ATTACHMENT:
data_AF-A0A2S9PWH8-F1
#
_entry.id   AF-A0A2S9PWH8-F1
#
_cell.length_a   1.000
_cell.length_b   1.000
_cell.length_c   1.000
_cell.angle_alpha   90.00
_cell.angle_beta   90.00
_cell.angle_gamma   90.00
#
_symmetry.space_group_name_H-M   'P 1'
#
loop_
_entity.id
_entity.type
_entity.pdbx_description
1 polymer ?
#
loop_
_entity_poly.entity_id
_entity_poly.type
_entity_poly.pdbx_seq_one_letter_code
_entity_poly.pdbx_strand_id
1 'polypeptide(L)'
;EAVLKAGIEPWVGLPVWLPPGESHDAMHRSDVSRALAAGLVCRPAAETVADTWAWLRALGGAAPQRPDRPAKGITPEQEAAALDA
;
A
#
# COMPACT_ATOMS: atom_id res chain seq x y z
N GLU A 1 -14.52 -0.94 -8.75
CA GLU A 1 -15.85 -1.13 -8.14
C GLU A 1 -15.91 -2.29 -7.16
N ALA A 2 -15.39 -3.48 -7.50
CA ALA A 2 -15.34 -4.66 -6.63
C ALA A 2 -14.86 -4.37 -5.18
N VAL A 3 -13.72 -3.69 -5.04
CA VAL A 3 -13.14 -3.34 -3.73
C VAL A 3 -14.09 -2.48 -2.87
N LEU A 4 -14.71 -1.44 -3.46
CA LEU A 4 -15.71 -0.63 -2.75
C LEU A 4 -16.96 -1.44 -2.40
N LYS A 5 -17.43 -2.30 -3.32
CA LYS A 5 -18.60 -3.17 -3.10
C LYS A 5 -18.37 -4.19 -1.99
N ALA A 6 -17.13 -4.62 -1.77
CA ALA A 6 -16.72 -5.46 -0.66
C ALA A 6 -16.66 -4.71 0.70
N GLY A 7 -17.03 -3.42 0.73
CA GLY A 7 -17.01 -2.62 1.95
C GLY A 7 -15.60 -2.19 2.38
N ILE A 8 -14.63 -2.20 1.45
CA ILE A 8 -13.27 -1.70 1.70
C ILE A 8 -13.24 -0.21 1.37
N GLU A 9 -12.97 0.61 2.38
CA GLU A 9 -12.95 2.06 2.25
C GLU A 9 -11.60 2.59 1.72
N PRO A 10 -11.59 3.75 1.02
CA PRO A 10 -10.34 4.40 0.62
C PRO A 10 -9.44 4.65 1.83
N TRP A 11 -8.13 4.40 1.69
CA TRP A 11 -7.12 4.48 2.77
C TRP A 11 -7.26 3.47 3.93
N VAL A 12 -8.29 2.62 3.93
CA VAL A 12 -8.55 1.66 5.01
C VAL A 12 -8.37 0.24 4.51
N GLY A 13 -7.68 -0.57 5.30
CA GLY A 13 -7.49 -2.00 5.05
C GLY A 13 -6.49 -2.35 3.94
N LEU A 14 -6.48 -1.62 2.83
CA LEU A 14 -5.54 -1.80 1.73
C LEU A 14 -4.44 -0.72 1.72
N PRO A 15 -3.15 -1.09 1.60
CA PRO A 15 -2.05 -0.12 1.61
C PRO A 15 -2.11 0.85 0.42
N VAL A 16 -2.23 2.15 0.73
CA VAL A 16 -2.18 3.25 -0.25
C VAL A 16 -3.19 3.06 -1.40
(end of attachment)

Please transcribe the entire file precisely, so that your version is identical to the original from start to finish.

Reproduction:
data_AF-A0A2S9PWH8-F1
#
_entry.id   AF-A0A2S9PWH8-F1
#
_cell.length_a   1.000
_cell.length_b   1.000
_cell.length_c   1.000
_cell.angle_alpha   90.00
_cell.angle_beta   90.00
_cell.angle_gamma   90.00
#
_symmetry.space_group_name_H-M   'P 1'
#
loop_
_entity.id
_entity.type
_entity.pdbx_description
1 polymer ?
#
loop_
_entity_poly.entity_id
_entity_poly.type
_entity_poly.pdbx_seq_one_letter_code
_entity_poly.pdbx_strand_id
1 'polypeptide(L)'
;EAVLKAGIEPWVGLPVWLPPGESHDAMHRSDVSRALAAGLVCRPAAETVADTWAWLRALGGAAPQRPDRPAKGITPEQEAAALDA
;
A
#
# COMPACT_ATOMS: atom_id res chain seq x y z
N GLU A 1 -14.52 -0.94 -8.75
CA GLU A 1 -15.85 -1.13 -8.14
C GLU A 1 -15.91 -2.29 -7.16
N ALA A 2 -15.39 -3.48 -7.50
CA ALA A 2 -15.34 -4.66 -6.63
C ALA A 2 -14.86 -4.37 -5.18
N VAL A 3 -13.72 -3.69 -5.04
CA VAL A 3 -13.14 -3.34 -3.73
C VAL A 3 -14.09 -2.48 -2.87
N LEU A 4 -14.71 -1.44 -3.46
CA LEU A 4 -15.71 -0.63 -2.75
C LEU A 4 -16.96 -1.44 -2.40
N LYS A 5 -17.43 -2.30 -3.32
CA LYS A 5 -18.60 -3.17 -3.10
C LYS A 5 -18.37 -4.19 -1.99
N ALA A 6 -17.13 -4.62 -1.77
CA ALA A 6 -16.72 -5.46 -0.66
C ALA A 6 -16.66 -4.71 0.70
N GLY A 7 -17.03 -3.42 0.73
CA GLY A 7 -17.01 -2.62 1.95
C GLY A 7 -15.60 -2.19 2.38
N ILE A 8 -14.63 -2.20 1.45
CA ILE A 8 -13.27 -1.70 1.70
C ILE A 8 -13.24 -0.21 1.37
N GLU A 9 -12.97 0.61 2.38
CA GLU A 9 -12.95 2.06 2.25
C GLU A 9 -11.60 2.59 1.72
N PRO A 10 -11.59 3.75 1.02
CA PRO A 10 -10.34 4.40 0.62
C PRO A 10 -9.44 4.65 1.83
N TRP A 11 -8.13 4.40 1.69
CA TRP A 11 -7.12 4.48 2.77
C TRP A 11 -7.26 3.47 3.93
N VAL A 12 -8.29 2.62 3.93
CA VAL A 12 -8.55 1.66 5.01
C VAL A 12 -8.37 0.24 4.51
N GLY A 13 -7.68 -0.57 5.30
CA GLY A 13 -7.49 -2.00 5.05
C GLY A 13 -6.49 -2.35 3.94
N LEU A 14 -6.48 -1.62 2.83
CA LEU A 14 -5.54 -1.80 1.73
C LEU A 14 -4.44 -0.72 1.72
N PRO A 15 -3.15 -1.09 1.60
CA PRO A 15 -2.05 -0.12 1.61
C PRO A 15 -2.11 0.85 0.42
N VAL A 16 -2.23 2.15 0.73
CA VAL A 16 -2.18 3.25 -0.25
C VAL A 16 -3.19 3.06 -1.40